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New gTLD registries talk up marketing plans at NamesCon

Kevin Murphy, January 15, 2015, 17:28:10 (UTC), Domain Registries

This week’s NamesCon conference here in Las Vegas, which ended yesterday, offered several new domain registries the chance to talk about their efforts past and future to market new gTLDs.

One theme to emerge was how registries need to work with each other and with their registrar channel partners to raise awareness of alternatives to .com.

Donuts VP Dan Schindler said during a Tuesday keynote that the company plans to ramp up its marketing in 2015.

“There’s still a tremendous amount of work to be done by all the beneficiaries in this process,” he said, saying that Donuts intends to carry out a “broad education and awareness program over course of 2015 and beyond”.

He said the company is pursuing co-marketing efforts with some of its registrar partners at trade shows and such and “possibly including television”.

Schindler also spoke out against paid placement — where registries pay popular registrars for prominent shelf space — “not because we’re cheap”, but because Donuts doesn’t believe it offers registrants the best choice of relevant TLDs.

Here’s a photo of Schindler talking, offered for no other reason than it just cost me £6 to upload from my phone. Note the juxtaposition of a) the extensive Verisign .com/.net sponsorship, b) the Donuts “Not Com Revolution” messaging, and c) my thumb.

Dan Schindler

Uniregistry CEO Frank Schilling said in his keynote an hour later that he expected “more marketplace collaboration… where it is in our best interest to collaborate” on new gTLD promotion.

But he offered a somewhat dissenting tone with regards what he called the “dog and pony shows” of marketing new gTLDs.

Saying the company is “bootstrapping” some of its strings, he said big marketing spends now would lead to Uniregistry needing to raise its prices in two to three years to cover today’s costs.

Instead, he pointed to efforts such as its decision to release most of .click’s available names for a flat, cheap registration fee at launch, which he said should get names into the hands of users more quickly.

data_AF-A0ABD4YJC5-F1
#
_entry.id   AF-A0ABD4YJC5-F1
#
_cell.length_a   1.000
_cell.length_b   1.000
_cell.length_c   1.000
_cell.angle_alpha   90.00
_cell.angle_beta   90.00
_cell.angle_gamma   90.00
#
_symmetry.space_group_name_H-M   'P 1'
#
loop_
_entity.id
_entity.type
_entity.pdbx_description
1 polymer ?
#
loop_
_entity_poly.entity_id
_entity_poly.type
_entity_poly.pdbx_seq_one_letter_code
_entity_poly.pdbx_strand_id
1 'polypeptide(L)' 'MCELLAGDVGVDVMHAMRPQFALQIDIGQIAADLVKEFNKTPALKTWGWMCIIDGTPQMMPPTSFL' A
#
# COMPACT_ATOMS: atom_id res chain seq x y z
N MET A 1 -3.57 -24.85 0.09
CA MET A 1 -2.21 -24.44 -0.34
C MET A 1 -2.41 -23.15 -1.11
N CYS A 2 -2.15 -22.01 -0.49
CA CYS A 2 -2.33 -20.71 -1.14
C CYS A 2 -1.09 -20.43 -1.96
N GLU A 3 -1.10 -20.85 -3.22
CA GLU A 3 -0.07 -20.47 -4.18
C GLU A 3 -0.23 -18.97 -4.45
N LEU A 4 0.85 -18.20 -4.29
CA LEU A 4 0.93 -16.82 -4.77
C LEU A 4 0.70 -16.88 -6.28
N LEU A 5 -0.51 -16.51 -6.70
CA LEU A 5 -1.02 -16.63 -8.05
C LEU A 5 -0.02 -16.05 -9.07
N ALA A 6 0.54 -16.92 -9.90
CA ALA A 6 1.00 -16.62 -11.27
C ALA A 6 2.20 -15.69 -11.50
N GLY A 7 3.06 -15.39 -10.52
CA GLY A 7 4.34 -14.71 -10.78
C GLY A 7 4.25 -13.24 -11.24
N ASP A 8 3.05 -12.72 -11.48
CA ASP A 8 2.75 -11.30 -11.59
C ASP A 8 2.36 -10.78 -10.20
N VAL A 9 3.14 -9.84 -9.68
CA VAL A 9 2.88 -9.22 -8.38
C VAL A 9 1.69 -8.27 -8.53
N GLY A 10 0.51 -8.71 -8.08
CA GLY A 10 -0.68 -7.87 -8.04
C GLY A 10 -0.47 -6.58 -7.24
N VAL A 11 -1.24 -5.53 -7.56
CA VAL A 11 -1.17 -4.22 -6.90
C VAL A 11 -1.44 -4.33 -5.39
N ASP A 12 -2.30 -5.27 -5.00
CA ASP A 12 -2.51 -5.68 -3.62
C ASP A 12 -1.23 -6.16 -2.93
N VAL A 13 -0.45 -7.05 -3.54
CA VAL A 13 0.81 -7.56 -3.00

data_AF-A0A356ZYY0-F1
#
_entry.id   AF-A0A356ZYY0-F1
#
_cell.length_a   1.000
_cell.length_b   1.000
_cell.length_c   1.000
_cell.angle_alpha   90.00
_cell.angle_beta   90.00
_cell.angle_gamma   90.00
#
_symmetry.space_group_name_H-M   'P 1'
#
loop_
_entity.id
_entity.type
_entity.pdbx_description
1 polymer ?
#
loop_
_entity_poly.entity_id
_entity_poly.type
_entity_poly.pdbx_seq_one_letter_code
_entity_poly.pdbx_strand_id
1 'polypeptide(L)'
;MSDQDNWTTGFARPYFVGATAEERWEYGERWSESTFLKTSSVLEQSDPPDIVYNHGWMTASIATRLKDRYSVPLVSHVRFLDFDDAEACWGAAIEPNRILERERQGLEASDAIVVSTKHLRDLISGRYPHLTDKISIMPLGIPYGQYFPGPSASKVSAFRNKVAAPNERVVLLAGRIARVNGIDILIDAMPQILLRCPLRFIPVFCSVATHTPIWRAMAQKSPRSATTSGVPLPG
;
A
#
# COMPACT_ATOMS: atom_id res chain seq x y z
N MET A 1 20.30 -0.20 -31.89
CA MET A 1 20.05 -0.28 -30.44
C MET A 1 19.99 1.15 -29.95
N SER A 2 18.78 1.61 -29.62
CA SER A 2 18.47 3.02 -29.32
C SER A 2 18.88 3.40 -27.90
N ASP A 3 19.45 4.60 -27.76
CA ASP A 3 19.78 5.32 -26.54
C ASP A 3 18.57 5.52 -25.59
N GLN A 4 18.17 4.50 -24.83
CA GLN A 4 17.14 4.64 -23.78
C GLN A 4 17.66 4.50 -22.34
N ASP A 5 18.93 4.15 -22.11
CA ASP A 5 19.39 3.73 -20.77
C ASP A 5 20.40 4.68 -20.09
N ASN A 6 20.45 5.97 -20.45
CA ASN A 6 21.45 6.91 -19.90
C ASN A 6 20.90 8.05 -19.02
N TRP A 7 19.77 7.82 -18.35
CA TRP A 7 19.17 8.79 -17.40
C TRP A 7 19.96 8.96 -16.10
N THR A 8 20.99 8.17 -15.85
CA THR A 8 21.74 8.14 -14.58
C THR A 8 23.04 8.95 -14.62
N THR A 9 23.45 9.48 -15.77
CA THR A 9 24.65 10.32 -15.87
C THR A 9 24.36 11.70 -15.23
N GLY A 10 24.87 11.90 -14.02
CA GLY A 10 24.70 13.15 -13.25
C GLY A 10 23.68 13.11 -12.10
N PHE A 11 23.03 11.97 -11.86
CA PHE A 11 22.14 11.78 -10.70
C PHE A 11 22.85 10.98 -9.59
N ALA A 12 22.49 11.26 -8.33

Contrarily, .CLUB Domains CEO Colin Campbell boasted during a brief pre-auction address on Tuesday of his company’s $2.2 million marketing spend for 2014, which he said would increase to $3.5 million in 2015.

Another recurring theme emerging from the conference (and from every other new gTLD event I’ve ever been to) was, as Schindler put it, that “use begets use”. The more high-profile sites a gTLD gets, the more likely it is to gain mindshare and sell more domains.

DotStrategy, the .buzz registry, is to be the beneficiary of such customer marketing.

Howard Lefkowitz, CEO of travel site operator One Degree World (which revealed it paid $100,000 for vegas.club earlier this week) revealed during NamesCon that some of his company’s city-related .buzz domains, such as sydney.buzz, are to feature for two weeks on the US TV game show Wheel Of Fortune as prize sponsors.

Will we see a bump in .buzz sales as a result? The gTLD currently has fewer than 8,500 names in its zone file, so if the TV time bears fruit it should be fairly easy to spot.

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Comments (5)

  1. Tom says:

    Why would all the grannies watching wheel of fortune feel the need to go register a .buzz if the sponsor is sydney.buzz, most of the quality stuff was reserved during GA, makes no sense. You are not marketing to domainers at wheel of fortune, the level of technical expertise to change over your companies entire marketing plan because you saw a 2 second .bluzz blurb while watching wheel of fortune during dinner?

  2. Ryder says:

    gtlds are .stoopid

  3. Anderon says:

    Gonna take a heck of a lot more than a quick mention on Wheel of Fortune to get people comfortable using the new extensions since most do not make sense and most are overpriced. I do not see gtlds ever becoming accepted and think they are pissing in the wind.

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